The other face of CLOA’s operational coin is the service it provides to its members. Lynn ran down the list of methods by which CLOA members are able to develop their knowledge and experience: briefing papers, conferences, personal contacts, email networks, fringe meetings, opportunities to share good practice. “People learn from a variety of sources and it is that variety we try to offer as an organisation,” he said. “The basis of CLOA’s membership is people who have managed a variety of different services in the cultural sector.”

Given the machinations of the professional bodies that have traditionally provided education and training services to the cross-cultural sector, how does Lynn assess the state of continuing professional development within the sector? “We feel that CPD is integral to the future of culture,” he said. “That’s why we’ve worked with the IDeA on the Passion for Excellence document, which was really about raising the levels of skills to take us forward. It is also there in the training days that we work on with other organisations as well. But it is also about raising the capacity of individuals. The National Culture Forum Leading Learning programme is an example that we realise that we need to improve the capacity and capability of individuals in the sector to make sure that in the future we are driving culture in the right direction and that we are not forgotten as a sector.”

Having touched on the issue of other professional bodies and in light of the role that CLOA had been invited to play in the proposed but ultimately ill-fated merger of the Institute of Leisure and Amenity Management (ILAM), the Institute of Sport and Recreation Management (ISRM) and the National Association for Sports Development (NASD), it seemed appropriate to ask about the nature of CLOA’s relationship with the current incarnations of these two organisations. Are there any formal links? Lynn tripped lightly across what was once very delicate ground.

“Not formal,” he said. “The main thing would be through the NCF. They are members and we think there is a role for individual organisations within the sector that have different roles. I was at the ISPAL conference representing CLOA but we feel that CLOA is in a different market, a different area. We’re looking at a much wider sector of culture as a whole but I think there is a role for us all.”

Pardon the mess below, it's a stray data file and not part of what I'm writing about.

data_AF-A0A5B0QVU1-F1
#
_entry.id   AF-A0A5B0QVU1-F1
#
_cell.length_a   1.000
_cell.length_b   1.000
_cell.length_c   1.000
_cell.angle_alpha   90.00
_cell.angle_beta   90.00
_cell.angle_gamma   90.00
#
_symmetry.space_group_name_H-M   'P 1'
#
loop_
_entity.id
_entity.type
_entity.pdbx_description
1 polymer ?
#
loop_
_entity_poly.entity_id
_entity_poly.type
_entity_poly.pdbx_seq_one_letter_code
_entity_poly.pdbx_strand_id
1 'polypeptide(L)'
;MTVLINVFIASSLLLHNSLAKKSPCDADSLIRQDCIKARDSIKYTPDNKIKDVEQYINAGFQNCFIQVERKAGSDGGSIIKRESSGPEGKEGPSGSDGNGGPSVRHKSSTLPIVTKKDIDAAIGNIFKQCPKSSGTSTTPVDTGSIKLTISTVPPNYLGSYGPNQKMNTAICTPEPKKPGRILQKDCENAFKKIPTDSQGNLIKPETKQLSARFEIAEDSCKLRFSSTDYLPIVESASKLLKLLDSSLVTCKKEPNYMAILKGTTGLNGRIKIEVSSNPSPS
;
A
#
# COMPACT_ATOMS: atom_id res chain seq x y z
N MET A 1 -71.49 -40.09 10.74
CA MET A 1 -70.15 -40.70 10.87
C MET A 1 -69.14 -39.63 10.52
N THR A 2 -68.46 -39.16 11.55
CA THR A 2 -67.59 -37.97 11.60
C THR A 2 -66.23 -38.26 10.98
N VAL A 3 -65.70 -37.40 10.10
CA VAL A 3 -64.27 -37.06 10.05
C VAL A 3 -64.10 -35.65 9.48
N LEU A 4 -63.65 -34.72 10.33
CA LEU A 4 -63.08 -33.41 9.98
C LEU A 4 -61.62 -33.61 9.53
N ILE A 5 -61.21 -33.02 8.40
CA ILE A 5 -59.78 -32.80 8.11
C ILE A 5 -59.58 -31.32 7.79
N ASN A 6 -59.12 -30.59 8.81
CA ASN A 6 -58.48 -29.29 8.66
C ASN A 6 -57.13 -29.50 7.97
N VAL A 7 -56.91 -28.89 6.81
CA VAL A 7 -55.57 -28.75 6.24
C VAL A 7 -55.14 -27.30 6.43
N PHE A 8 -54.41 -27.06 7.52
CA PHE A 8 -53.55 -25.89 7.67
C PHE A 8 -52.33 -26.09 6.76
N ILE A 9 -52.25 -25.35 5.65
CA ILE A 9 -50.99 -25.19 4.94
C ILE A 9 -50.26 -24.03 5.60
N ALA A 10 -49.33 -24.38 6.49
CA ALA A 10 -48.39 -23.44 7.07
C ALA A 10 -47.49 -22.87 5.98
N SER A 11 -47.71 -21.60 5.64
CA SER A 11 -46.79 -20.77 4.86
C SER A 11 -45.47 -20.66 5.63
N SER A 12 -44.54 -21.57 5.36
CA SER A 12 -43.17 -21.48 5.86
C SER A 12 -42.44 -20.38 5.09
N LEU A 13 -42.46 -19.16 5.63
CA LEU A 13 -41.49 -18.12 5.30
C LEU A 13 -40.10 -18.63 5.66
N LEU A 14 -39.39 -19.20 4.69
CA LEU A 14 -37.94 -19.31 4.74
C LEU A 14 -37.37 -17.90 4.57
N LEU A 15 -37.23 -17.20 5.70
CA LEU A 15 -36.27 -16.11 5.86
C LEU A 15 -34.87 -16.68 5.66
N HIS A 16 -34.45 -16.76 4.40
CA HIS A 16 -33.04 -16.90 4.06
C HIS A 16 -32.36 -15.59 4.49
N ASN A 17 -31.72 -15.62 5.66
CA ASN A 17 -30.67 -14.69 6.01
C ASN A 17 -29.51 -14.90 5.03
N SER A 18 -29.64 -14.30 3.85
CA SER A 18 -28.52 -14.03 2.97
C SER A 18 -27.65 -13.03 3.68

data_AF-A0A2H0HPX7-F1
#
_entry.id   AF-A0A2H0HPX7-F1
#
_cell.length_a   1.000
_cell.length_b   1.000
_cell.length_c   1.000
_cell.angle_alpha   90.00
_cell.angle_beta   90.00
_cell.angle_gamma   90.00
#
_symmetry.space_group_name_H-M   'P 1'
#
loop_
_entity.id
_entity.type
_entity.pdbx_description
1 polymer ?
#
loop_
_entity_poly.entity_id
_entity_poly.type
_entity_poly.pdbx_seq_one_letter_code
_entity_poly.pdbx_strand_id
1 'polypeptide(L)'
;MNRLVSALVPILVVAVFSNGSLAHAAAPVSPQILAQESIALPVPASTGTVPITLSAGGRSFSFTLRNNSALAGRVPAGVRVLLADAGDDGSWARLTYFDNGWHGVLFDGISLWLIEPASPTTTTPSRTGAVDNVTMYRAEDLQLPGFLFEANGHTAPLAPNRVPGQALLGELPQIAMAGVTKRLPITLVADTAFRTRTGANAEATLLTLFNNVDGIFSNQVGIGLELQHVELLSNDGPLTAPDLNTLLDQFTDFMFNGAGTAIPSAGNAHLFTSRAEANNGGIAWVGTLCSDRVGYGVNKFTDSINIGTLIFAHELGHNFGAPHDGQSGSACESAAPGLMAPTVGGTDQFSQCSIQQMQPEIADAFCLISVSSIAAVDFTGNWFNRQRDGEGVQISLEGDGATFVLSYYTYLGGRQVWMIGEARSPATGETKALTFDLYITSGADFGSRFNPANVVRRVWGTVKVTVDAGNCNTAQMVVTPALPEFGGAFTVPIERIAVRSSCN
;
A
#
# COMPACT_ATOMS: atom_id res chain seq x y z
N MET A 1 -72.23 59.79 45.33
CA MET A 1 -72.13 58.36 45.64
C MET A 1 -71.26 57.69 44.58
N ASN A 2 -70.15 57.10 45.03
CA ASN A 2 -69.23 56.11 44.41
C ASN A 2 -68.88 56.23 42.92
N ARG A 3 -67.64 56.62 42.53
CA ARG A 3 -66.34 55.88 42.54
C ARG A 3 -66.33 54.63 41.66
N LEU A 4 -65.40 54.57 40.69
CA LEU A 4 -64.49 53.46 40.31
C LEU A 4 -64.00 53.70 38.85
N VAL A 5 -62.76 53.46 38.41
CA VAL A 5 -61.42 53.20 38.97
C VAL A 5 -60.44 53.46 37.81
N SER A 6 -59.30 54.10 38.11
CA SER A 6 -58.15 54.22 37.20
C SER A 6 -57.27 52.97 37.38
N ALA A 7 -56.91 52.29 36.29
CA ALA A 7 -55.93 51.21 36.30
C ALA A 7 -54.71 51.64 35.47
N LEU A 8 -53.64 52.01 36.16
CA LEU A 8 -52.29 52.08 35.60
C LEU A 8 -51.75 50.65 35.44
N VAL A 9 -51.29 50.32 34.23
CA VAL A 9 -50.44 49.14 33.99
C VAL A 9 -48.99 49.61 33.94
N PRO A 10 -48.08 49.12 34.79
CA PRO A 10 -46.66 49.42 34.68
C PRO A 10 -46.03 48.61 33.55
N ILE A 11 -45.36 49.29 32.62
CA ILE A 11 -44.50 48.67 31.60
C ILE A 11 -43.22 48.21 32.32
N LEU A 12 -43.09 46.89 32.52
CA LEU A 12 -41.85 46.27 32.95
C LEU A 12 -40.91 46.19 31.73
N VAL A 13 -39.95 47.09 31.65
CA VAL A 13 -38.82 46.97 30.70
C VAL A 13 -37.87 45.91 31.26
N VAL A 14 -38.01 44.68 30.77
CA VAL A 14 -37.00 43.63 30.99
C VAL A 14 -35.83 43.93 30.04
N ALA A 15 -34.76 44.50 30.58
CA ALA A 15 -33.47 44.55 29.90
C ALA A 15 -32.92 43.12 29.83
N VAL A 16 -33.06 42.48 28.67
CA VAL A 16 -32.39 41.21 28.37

Is there any sense, whether of relief or regret, within CLOA now that it could have played a different role in that discussion? “We were obviously very close to the situation as it was going on and we were aware of it,” Lynn said. “We didn’t feel that it was an issue for us, to be honest. It was something that those organisations needed to go through. I had been a member of ILAM previously so I understood where it had come from and where it was going but CLOA is for individuals that have a wide remit in culture as a whole and want to influence things at the highest level. I think it is horses for courses and I don’t think we are in competition with one another.”

As with all CLOA chairs, Lynn will be in post for two years, which gives him time to formulate a plan and pursue it through to delivery. Items on his ‘to do’ list at the moment include working with the IDeA on a consultation paper looking at the role of culture and sport in supporting adult social care, the encouragement of culture’s links with the health sector via the commissioning process, continuing to develop CLOA’s relationship with the LGA and making sure that CLOA’s profile remains high.

“That profile is really about the way we work with people,” he said, “being honest and clear about what we can provide, the timescale we can provide it, almost like a service level agreement, bearing in mind that all the members within CLOA are volunteers.”

He agreed it is a difficult time in which to be asking people to volunteer: “It is and it is very hard to divide your time up. A few of us are lucky enough to be in organisations that can see the benefits of working outside your normal remit because it brings things you learn back into the organisation. I think that is a very forward-thinking way of looking at how you can spare people’s time to be involved in something like CLOA. We have a very active executive which goes right across the board in terms of experience, the organisations they work for, the geography, their levels of ability, the private and the public sector. All in all, that executive is what drives CLOA forward in terms of how we change things for the future.”

Having made a careful note of this message, The Leisure Review left Mr Lynn to tackle the jobs in hand.


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The Leisure Review, December 2009

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“The basis of CLOA’s membership is people who have managed a variety of different services in the cultural sector.”